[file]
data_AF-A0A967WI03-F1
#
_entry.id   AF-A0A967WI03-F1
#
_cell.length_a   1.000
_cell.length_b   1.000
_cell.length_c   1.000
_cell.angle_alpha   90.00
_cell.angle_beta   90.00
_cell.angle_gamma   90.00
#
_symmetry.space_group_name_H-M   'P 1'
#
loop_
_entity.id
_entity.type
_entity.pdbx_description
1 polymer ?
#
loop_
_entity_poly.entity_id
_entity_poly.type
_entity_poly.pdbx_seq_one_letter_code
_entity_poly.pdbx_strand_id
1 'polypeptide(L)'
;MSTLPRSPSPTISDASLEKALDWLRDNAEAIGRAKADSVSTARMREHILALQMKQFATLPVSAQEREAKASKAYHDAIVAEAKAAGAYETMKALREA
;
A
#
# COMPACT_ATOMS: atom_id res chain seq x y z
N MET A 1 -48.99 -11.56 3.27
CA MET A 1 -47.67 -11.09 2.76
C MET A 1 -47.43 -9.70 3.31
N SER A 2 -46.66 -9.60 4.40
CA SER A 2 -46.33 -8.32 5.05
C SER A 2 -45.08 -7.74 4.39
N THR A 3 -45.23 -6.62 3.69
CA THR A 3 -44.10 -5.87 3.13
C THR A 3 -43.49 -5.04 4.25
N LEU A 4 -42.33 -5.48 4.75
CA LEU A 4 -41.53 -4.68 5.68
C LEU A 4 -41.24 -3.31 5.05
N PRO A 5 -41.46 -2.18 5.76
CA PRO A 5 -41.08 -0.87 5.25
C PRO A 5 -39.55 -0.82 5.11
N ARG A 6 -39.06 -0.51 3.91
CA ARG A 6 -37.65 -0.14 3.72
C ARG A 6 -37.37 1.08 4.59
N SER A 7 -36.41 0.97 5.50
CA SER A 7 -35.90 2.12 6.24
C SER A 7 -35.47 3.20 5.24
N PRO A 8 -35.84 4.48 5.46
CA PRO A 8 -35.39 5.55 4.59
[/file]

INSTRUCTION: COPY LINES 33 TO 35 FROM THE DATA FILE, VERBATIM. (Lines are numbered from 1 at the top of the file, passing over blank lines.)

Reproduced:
C MET A 1 -47.43 -9.70 3.31
N SER A 2 -46.66 -9.60 4.40
CA SER A 2 -46.33 -8.32 5.05